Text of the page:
Care homes could overtake hospitals as most common place to die, new research finds

Categories: Care.

They argue that investment is urgently needed to ensure all care homes are prepared to support residents as they reach the end of their life. Without significant investment, they believe that the extra deaths are likely to occur in hospital instead.

In a paper published today in Palliative Medicine, the study shows that the number of people dying in care homes is increasing, while the number of people dying in hospital declines. Death at home is also slightly more common. This is in line with most peoples’ wish to die in the place they usually live.

Using official mortality data on over 5,500,000 people and population forecasts, the researchers quantified future increases in the number of people dying in different settings, to help guide planning of health and social care. 

From 2004 to 2014, the proportion of deaths that occur in care homes increased from 17% to 21%, with numbers rising from 85,000 to 106,000 per year. 

If this trend continues, the number of people dying in care homes will double to nearly 230,000 per year by 2040. In this scenario, care homes will overtake hospitals as the most common place to die.

“The projected rise of deaths in care homes is striking and warns of the urgent need to ensure adequate bed capacity, resources and training of staff in palliative care in all care homes in the country”, said lead author Anna Bone, researcher at the Cicely Saunders Institute, King’s College London.

“If we are to continue enabling people to die in their preferred place, it is essential to invest more in care homes and community health services. Without this investment, people are likely to seek help from hospitals, which puts pressure on an already strained system and is not where people would rather be at the end of their lives”.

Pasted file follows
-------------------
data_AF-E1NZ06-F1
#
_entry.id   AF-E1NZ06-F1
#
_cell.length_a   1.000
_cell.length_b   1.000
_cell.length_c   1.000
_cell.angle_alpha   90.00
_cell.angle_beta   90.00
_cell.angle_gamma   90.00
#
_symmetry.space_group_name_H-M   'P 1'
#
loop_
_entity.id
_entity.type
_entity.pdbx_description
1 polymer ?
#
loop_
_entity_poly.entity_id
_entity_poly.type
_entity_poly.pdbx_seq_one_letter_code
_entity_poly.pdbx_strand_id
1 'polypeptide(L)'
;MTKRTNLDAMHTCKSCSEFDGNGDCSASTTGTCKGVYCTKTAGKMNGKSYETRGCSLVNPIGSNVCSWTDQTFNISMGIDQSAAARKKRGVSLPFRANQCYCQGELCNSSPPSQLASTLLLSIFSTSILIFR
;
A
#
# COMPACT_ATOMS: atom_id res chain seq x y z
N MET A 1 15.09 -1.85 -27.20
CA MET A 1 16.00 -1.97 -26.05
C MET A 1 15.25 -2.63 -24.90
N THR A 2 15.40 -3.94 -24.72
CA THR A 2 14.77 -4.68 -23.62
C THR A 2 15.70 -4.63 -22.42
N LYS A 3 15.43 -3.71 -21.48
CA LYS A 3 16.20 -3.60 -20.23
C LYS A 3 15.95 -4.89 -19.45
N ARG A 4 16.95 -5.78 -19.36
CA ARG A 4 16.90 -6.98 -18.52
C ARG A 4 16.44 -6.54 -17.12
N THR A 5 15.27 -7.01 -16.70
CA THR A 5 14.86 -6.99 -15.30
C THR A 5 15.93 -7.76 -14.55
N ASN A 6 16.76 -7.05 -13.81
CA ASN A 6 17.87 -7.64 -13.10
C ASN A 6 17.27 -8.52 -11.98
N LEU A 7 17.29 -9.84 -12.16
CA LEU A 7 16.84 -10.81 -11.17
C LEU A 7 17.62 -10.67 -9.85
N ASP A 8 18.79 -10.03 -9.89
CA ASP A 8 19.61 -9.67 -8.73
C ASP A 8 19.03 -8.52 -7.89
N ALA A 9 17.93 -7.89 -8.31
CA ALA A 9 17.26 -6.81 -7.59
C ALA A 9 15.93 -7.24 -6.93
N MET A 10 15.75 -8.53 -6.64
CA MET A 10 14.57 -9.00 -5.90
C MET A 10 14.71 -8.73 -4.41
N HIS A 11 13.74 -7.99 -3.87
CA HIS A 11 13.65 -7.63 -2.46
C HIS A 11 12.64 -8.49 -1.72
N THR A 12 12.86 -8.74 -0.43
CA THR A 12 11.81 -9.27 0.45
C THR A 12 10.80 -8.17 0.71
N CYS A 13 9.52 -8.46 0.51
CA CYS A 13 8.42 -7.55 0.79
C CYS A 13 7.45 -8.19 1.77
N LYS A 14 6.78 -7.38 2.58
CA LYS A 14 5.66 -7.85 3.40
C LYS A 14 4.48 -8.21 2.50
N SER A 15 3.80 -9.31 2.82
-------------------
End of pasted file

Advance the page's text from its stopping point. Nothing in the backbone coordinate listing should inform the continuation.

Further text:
Professor Irene Higginson, Director of the Cicely Saunders Institute at King’s College London and senior author of the paper, added: “This study shows that end of life care will become the core business of health and social care services in the near future. We need urgently to prepare for this.

“We must ask care home and community services whether they are equipped to support such an increase, and provide care of quality. Will they be able to get the workforce needed?  The time has come to test new approaches, such as innovative palliative care models in care homes and the community, to ensure we address this growing need which will affect us all, directly and indirectly, in the years to come. Otherwise we will be faced with more deaths in hospital, or poor quality end of life care or both.”

Commenting in response, Carole Walford, Chief Clinical Officer, at Hospice UK said:

“The predicted steep rise in deaths in care homes draws attention to the urgent need for more training for care home staff in palliative and end of life care.

“Many hospices are working in partnerships with care homes on training and education programmes to help develop the skills and knowledge involved in providing end of life care.

“Greater investment to grow these skills among care home staff will enable more people at the end of life to be cared for in familiar surroundings by those that know them well. It will also help reduce inappropriate admissions for people approaching the end of life to overstretched hospitals.”

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